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In 1913, Carl Jung first introduced the concept of the introvert. To put it simply, the introvert is a person who is inwardly oriented, whereas the extrovert is outwardly focused.

The famous Swiss psychiatrist may not have known that these names would cause oceans of ink to flow in both psychological research literature and in news articles. Please don’t ask me to count the number of articles, including management pieces, that have been devoted to these concepts. Just recently, the newspaper Les Affaires reported on Mr. Karl Moore’s findings regarding introverted managers in relation to their extroverted employees.

I encourage the reader to avoid any discrimination, be it positive or negative, in the popularity rating of individuals concerning these two types of human behaviour.

Extroverts are often seen as stars, with friendlier personalities, more positive, more cheerful people, etc.
On the other hand, introverts are often cast aside due to popular opinion.

They have the sombre reputation of being quieter, driven by an unfortunate skepticism, lending them a negative character. In short, they can be seen as real killjoys and spoilers of ideas that seem exciting when brought up by their extroverted colleagues.

In my practice as a consultant and psychometric expert, I tell our clients that there is no such thing as a good or bad guy as in the usual Hollywood movie.  Due to this inwardness, introverts have a more scientific search for facts, an ability to process technical elements and they have a much more quantitative perspective.

We can say that they have a leadership of content, hence their natural and reserved skepticism towards new projects that have yet to be proven.

Justice, in its search for evidence as credible evidence, is clearly a practice that is part of an introverted culture.  The “I think”, “I’ve been told that”, and “it seems to me” are absolutely prohibited in legal proceedings. Evidence must be clear and precise.

In the other human hemisphere, that of the extroverts, enthusiasm, and ongoing positivity (the glass is half full rather than half empty) are on the borderline of naivety or even gullibility. No, I haven’t read your report yet, but it seems very good, at least that’s what I’ve been told…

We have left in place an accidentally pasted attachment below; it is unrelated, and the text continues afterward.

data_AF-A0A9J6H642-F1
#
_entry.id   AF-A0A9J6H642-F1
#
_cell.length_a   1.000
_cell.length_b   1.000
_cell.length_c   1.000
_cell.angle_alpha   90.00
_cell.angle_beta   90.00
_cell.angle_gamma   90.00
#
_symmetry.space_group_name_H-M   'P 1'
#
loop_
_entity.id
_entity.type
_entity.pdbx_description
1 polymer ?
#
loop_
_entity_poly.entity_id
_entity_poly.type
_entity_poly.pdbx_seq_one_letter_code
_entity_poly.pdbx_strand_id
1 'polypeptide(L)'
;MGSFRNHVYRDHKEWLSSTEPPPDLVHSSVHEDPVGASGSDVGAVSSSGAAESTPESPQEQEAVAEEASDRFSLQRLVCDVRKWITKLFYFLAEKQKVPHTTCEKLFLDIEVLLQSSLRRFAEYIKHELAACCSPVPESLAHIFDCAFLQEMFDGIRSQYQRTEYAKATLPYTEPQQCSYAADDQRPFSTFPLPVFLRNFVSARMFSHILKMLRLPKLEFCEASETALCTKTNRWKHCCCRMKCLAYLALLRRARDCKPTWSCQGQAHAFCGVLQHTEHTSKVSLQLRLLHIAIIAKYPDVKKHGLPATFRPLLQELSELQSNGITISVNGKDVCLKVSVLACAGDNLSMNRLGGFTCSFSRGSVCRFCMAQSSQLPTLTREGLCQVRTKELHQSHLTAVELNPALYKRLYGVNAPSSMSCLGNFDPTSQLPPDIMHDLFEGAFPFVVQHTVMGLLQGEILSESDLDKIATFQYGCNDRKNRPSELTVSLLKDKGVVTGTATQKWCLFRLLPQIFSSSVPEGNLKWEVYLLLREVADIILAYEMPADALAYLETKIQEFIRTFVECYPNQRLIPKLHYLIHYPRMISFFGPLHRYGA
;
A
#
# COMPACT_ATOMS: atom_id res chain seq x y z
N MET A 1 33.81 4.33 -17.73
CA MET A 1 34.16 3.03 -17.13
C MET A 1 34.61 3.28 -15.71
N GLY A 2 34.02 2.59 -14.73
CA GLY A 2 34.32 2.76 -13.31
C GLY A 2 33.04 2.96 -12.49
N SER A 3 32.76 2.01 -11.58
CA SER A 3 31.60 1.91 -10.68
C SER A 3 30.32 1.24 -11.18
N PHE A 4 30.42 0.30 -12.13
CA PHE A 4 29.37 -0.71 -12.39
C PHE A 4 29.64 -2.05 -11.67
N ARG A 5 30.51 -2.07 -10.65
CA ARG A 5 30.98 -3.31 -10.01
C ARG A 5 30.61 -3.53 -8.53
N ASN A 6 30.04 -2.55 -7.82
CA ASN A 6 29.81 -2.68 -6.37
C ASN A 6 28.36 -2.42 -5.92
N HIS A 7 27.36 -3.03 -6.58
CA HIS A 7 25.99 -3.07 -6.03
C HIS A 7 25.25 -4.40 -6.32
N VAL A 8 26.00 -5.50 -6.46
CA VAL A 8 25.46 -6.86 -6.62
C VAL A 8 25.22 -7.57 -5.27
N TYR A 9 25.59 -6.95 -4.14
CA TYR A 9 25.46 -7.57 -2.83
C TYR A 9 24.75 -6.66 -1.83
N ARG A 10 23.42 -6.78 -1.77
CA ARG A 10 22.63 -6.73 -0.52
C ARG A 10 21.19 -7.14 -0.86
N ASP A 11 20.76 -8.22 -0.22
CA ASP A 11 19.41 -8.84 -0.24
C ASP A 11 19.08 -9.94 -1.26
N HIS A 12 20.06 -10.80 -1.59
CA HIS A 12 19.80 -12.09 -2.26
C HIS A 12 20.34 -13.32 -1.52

Let’s agree, however, that they have what deserves to be called an influential leadership, a readiness to mobilize the troops.

What one would be tempted to call a certain charisma.
In the world of extroverts, we are more concerned with the qualitative, impressions and perceptions.

Halfway between these two worlds, which sometimes clash, there are what we call ambiverts.

Just like some people who are good with both hands, no more right-handed than left-handed, ambidextrous people live very well in both worlds.
As our English-speaking clients say, they are both “task oriented” and “people oriented”, they refer to technical and factual elements to a certain extent, but they are also comfortable influencing and… selling the idea, the concept, like certain scientific popularizers such as the late Fernand Séguin and Hubert Reeves.

The good news is that the MPO Personality application is perfectly capable of gauging such dispositions in certain individuals. It is less frequent, but nevertheless possible.

Now it’s up to you to find out with the MPO tools!


Daniel Huot, President